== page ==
Here’s a little known fact: small businesses generate approximately 13-times the number of patent- per-employee as larger corporations. If patent awards are a reliable measure of commercial innovation, then small businesses have an advantage over bigger companies in visualizing how home consumers and businesses will operate and communicate in the future.
But what large corporations have that forward-thinking smaller companies lack is cash, and lots of it. During the last 20 years, many large corporations such as Johnson & Johnson, Disney, Comcast, Intel, Samsung, UPS, Pfizer and Siemens formed venture capital funds to buy an ownership stake in a select number of entrepreneurial companies that represented potential strategic significance to the corporation.
Of course, the problem with traditional venture capital investing is the big hit or big miss results that come from writing multi-million dollar checks to a very small number of growth-oriented companies. It’s true that a big bet on one or two winners can help corporations maximize financial gains; however the nature of highly-concentrated investing doesn’t give corporations much technology diversification in fast-changing, unpredictable markets.
Now there is a new trend in corporate-backed funding called “corporate incubators.” These funds provide smaller amounts of financial support to a larger number of next-generation innovators than traditional corporate venture capital funds.
Rahul Sood, General Manager of Microsoft’s Bing Fund says, “Having a direct hand in cultivating the next big idea, I think is the best way for Microsoft to stay competitive and fresh. It's a two-way street. Startups provide unique insights while we provide unprecedented access to Microsoft’s proprietary technology, data and personnel to help entrepreneurs succeed. We’re excited by what can come out of this.”
The sweet spot for Bing Fund acceptance is “early stage” U.S.-based companies that have progressed beyond the raw concept, “company of one” stage of business development. Qualified candidates also have a working prototype or first customers in place in the Internet or mobile communications industries. And like other corporate incubators, the Bing Fund is looking for entrepreneurs who welcome strategic input from Microsoft’s talent pool, as well as funding.
Sood emphasizes that all intellectual property developed by Bing Fund participants is 100% owned by the funded company, not Microsoft. Further, Bing Fund applicants are not required to use other Microsoft technologies to qualify for fund acceptance. “Bing is cross-platform and we're going to stand by our pledge to be agnostic,” says Sood.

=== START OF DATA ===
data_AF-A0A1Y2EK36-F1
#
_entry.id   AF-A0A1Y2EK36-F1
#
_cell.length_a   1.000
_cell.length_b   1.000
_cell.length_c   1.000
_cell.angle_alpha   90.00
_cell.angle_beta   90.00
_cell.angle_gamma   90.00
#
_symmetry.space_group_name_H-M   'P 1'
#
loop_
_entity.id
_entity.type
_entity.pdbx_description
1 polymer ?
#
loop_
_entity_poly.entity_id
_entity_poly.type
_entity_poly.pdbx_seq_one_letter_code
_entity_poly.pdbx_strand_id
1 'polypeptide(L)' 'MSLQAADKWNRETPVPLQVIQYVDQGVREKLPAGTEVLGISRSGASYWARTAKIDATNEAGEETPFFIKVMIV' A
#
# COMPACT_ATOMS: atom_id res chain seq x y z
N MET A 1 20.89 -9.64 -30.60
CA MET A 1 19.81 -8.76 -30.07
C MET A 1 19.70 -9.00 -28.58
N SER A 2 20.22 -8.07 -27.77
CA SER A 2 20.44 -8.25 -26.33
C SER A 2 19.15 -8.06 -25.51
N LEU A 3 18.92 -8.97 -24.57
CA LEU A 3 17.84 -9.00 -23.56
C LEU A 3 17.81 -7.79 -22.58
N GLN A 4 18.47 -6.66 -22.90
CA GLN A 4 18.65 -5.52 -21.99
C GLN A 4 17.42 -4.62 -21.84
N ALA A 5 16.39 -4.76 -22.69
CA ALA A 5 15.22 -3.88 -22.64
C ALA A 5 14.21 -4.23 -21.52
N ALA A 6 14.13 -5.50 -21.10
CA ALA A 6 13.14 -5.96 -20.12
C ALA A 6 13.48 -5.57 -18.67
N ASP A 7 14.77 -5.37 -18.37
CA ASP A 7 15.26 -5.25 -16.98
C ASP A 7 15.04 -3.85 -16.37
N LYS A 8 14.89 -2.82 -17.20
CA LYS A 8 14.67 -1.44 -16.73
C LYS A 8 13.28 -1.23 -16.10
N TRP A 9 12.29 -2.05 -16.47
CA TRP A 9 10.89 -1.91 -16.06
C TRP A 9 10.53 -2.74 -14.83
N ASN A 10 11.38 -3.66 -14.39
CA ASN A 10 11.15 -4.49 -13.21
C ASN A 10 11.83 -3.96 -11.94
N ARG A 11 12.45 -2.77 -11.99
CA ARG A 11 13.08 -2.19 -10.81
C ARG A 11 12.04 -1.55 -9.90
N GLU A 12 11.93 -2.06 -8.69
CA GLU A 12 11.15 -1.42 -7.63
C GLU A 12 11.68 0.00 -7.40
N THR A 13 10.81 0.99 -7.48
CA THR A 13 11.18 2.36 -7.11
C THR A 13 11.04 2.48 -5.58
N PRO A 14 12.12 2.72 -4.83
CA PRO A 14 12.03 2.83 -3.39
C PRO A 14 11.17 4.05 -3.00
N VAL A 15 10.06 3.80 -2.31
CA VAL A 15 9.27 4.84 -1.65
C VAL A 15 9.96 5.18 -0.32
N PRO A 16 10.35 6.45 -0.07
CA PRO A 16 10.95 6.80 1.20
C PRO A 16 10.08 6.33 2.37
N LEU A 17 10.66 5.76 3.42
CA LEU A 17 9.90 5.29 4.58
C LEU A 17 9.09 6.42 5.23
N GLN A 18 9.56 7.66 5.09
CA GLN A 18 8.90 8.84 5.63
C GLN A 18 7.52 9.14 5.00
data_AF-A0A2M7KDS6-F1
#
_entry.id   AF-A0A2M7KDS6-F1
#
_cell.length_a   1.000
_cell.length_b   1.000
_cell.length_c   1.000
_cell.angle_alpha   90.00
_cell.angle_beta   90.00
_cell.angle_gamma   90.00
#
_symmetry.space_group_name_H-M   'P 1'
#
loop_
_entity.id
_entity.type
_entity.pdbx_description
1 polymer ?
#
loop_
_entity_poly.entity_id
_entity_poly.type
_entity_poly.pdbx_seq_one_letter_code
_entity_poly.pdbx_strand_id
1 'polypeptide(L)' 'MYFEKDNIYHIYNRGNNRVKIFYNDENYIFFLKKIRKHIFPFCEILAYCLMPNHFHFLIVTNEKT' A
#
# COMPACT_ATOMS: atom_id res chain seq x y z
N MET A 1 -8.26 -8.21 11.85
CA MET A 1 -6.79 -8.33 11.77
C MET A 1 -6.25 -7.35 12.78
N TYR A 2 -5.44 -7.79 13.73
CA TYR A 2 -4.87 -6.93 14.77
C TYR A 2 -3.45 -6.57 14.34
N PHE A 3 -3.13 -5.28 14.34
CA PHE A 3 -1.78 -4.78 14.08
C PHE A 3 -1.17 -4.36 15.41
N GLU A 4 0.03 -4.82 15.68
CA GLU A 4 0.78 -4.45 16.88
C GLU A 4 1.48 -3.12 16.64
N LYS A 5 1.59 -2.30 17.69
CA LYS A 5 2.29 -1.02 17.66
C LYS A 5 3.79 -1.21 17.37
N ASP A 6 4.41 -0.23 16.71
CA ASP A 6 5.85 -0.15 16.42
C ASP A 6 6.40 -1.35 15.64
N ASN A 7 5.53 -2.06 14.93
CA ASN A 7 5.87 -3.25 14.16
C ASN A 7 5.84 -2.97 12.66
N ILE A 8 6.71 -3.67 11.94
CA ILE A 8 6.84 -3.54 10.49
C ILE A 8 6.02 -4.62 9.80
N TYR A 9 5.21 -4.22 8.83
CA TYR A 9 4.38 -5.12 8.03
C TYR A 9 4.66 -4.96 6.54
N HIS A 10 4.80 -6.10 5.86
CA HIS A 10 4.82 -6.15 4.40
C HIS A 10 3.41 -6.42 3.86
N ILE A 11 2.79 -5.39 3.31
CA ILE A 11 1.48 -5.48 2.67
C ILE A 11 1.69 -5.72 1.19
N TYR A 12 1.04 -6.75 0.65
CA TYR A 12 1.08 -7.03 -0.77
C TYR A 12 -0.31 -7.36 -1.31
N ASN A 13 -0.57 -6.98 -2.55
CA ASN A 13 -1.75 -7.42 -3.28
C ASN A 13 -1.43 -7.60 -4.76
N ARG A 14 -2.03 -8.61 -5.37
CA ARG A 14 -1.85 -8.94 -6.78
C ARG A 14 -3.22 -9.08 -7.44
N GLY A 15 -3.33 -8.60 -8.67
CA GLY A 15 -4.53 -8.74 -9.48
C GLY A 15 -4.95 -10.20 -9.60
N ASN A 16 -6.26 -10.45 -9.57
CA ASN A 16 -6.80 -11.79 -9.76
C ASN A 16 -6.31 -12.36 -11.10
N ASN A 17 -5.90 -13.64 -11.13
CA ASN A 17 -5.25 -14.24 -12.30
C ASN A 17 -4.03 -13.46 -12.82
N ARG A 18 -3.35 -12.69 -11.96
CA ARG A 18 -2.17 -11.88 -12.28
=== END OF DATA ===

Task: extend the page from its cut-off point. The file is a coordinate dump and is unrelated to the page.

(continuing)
What’s different about the Bing Fund from traditional corporate venture capital funds is speed of review. Whereas most corporate venture capital funds take months to evaluate business plans and negotiate deal terms, the Bing Fund promises fast answers to qualified applicants.
Another area of difference between corporate venture capital funds and corporate incubators is the nature of the relationship with entrepreneurs. Venture capital funds typically “exit” when they sell their equity stakes in their portfolio companies. With corporate incubators, the nature of equity investment and length of engagements are highly varied. Some incubators offer ongoing, hands-on mentoring while others organize intensive boot camp style training to help entrepreneurs think with greater tactical precision.
Sood describes the Bing Fund as a rolling fund which seeks to nurture 10-to-12 companies at any given time.
My view of incubators and other types of technology “accelerator” services is they can challenge highly-ambitious entrepreneurs to think bigger and smarter about their plans for growth in a relatively safe environment for brainstorming.
However, there is one “gotcha” that often catches incubator participants off guard. Most corporate-backed incubators are not prepared to be a sole source of funding for even the most successful companies, so entrepreneurs can’t get complacent about seeking other sources of growth capital. Corporate incubators can be highly supportive to entrepreneurs…to a point.
Susan Schreter is a 20-year veteran of the venture finance community and entrepreneurship educator. Her work is dedicated to improving startup longevity in rural, urban and suburban America. She is the founder of www.takecommand.org, a community service organization that offers the largest centralized database of startup and small business funding sources in the U.S. Follow Susan on Twitter @TakeCommand.